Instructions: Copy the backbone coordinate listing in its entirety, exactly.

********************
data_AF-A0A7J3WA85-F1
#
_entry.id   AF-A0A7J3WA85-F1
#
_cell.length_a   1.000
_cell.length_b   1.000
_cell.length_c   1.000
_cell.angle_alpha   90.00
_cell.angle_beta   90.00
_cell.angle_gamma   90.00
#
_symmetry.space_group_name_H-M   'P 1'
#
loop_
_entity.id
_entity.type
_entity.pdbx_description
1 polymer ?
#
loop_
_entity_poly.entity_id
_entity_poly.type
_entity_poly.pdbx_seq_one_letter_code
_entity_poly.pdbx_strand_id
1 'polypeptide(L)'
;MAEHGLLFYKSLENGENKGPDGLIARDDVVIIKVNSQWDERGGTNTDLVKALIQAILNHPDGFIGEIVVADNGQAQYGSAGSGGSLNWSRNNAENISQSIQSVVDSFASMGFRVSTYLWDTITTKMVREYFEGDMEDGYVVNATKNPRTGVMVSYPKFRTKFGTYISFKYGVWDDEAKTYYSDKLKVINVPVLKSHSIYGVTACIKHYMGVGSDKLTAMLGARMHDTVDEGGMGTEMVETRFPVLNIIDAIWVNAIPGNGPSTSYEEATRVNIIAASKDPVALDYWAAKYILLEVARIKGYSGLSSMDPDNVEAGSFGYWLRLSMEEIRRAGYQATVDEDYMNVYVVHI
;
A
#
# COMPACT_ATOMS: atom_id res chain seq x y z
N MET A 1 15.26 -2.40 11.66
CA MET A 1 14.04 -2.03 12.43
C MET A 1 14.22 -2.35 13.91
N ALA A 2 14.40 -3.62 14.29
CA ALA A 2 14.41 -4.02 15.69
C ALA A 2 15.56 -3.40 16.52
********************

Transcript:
data_AF-A0A7J3WA85-F1
#
_entry.id   AF-A0A7J3WA85-F1
#
_cell.length_a   1.000
_cell.length_b   1.000
_cell.length_c   1.000
_cell.angle_alpha   90.00
_cell.angle_beta   90.00
_cell.angle_gamma   90.00
#
_symmetry.space_group_name_H-M   'P 1'
#
loop_
_entity.id
_entity.type
_entity.pdbx_description
1 polymer ?
#
loop_
_entity_poly.entity_id
_entity_poly.type
_entity_poly.pdbx_seq_one_letter_code
_entity_poly.pdbx_strand_id
1 'polypeptide(L)'
;MAEHGLLFYKSLENGENKGPDGLIARDDVVIIKVNSQWDERGGTNTDLVKALIQAILNHPDGFIGEIVVADNGQAQYGSAGSGGSLNWSRNNAENISQSIQSVVDSFASMGFRVSTYLWDTITTKMVREYFEGDMEDGYVVNATKNPRTGVMVSYPKFRTKFGTYISFKYGVWDDEAKTYYSDKLKVINVPVLKSHSIYGVTACIKHYMGVGSDKLTAMLGARMHDTVDEGGMGTEMVETRFPVLNIIDAIWVNAIPGNGPSTSYEEATRVNIIAASKDPVALDYWAAKYILLEVARIKGYSGLSSMDPDNVEAGSFGYWLRLSMEEIRRAGYQATVDEDYMNVYVVHI
;
A
#
# COMPACT_ATOMS: atom_id res chain seq x y z
N MET A 1 15.26 -2.40 11.66
CA MET A 1 14.04 -2.03 12.43
C MET A 1 14.22 -2.35 13.91
N ALA A 2 14.40 -3.62 14.29
CA ALA A 2 14.41 -4.02 15.69
C ALA A 2 15.56 -3.40 16.52